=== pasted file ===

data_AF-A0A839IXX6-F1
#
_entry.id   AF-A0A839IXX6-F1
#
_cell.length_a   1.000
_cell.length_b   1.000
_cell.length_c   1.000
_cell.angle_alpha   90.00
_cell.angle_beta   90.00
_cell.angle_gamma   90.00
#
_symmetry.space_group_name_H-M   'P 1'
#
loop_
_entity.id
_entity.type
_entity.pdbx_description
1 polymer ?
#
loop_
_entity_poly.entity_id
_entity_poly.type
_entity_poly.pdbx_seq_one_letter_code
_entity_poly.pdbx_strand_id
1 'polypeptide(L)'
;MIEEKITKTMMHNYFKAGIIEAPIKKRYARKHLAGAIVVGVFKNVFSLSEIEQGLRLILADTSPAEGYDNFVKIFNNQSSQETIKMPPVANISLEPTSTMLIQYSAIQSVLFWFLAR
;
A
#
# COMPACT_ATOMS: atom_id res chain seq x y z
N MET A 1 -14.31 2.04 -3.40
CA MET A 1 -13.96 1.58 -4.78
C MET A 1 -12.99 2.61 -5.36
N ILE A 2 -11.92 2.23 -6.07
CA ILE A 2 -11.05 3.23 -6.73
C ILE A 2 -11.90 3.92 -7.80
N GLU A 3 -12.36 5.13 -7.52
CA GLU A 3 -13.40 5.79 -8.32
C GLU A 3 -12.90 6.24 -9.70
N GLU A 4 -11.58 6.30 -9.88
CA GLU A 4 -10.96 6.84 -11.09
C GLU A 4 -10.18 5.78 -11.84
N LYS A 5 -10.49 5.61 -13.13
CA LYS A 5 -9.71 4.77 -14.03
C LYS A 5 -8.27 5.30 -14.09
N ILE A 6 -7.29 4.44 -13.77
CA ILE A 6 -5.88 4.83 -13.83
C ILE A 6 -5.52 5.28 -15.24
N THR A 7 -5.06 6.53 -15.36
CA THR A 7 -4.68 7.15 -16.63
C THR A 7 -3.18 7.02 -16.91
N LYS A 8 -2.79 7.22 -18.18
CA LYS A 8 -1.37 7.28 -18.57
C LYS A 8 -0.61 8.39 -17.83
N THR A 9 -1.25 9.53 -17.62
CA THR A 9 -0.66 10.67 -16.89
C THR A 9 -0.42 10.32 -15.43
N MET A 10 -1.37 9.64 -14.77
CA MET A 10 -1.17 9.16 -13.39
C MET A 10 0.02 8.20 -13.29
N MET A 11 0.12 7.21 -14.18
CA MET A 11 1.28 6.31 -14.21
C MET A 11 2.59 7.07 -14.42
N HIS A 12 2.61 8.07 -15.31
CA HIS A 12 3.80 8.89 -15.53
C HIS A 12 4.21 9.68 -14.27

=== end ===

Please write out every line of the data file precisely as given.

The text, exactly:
data_AF-A0A839IXX6-F1
#
_entry.id   AF-A0A839IXX6-F1
#
_cell.length_a   1.000
_cell.length_b   1.000
_cell.length_c   1.000
_cell.angle_alpha   90.00
_cell.angle_beta   90.00
_cell.angle_gamma   90.00
#
_symmetry.space_group_name_H-M   'P 1'
#
loop_
_entity.id
_entity.type
_entity.pdbx_description
1 polymer ?
#
loop_
_entity_poly.entity_id
_entity_poly.type
_entity_poly.pdbx_seq_one_letter_code
_entity_poly.pdbx_strand_id
1 'polypeptide(L)'
;MIEEKITKTMMHNYFKAGIIEAPIKKRYARKHLAGAIVVGVFKNVFSLSEIEQGLRLILADTSPAEGYDNFVKIFNNQSSQETIKMPPVANISLEPTSTMLIQYSAIQSVLFWFLAR
;
A
#
# COMPACT_ATOMS: atom_id res chain seq x y z
N MET A 1 -14.31 2.04 -3.40
CA MET A 1 -13.96 1.58 -4.78
C MET A 1 -12.99 2.61 -5.36
N ILE A 2 -11.92 2.23 -6.07
CA ILE A 2 -11.05 3.23 -6.73
C ILE A 2 -11.90 3.92 -7.80
N GLU A 3 -12.36 5.13 -7.52
CA GLU A 3 -13.40 5.79 -8.32
C GLU A 3 -12.90 6.24 -9.70
N GLU A 4 -11.58 6.30 -9.88
CA GLU A 4 -10.96 6.84 -11.09
C GLU A 4 -10.18 5.78 -11.84
N LYS A 5 -10.49 5.61 -13.13
CA LYS A 5 -9.71 4.77 -14.03
C LYS A 5 -8.27 5.30 -14.09
N ILE A 6 -7.29 4.44 -13.77
CA ILE A 6 -5.88 4.83 -13.83
C ILE A 6 -5.52 5.28 -15.24
N THR A 7 -5.06 6.53 -15.36
CA THR A 7 -4.68 7.15 -16.63
C THR A 7 -3.18 7.02 -16.91
N LYS A 8 -2.79 7.22 -18.18
CA LYS A 8 -1.37 7.28 -18.57
C LYS A 8 -0.61 8.39 -17.83
N THR A 9 -1.25 9.53 -17.62
CA THR A 9 -0.66 10.67 -16.89
C THR A 9 -0.42 10.32 -15.43
N MET A 10 -1.37 9.64 -14.77
CA MET A 10 -1.17 9.16 -13.39
C MET A 10 0.02 8.20 -13.29
N MET A 11 0.12 7.21 -14.18
CA MET A 11 1.28 6.31 -14.21
C MET A 11 2.59 7.07 -14.42
N HIS A 12 2.61 8.07 -15.31
CA HIS A 12 3.80 8.89 -15.53
C HIS A 12 4.21 9.68 -14.27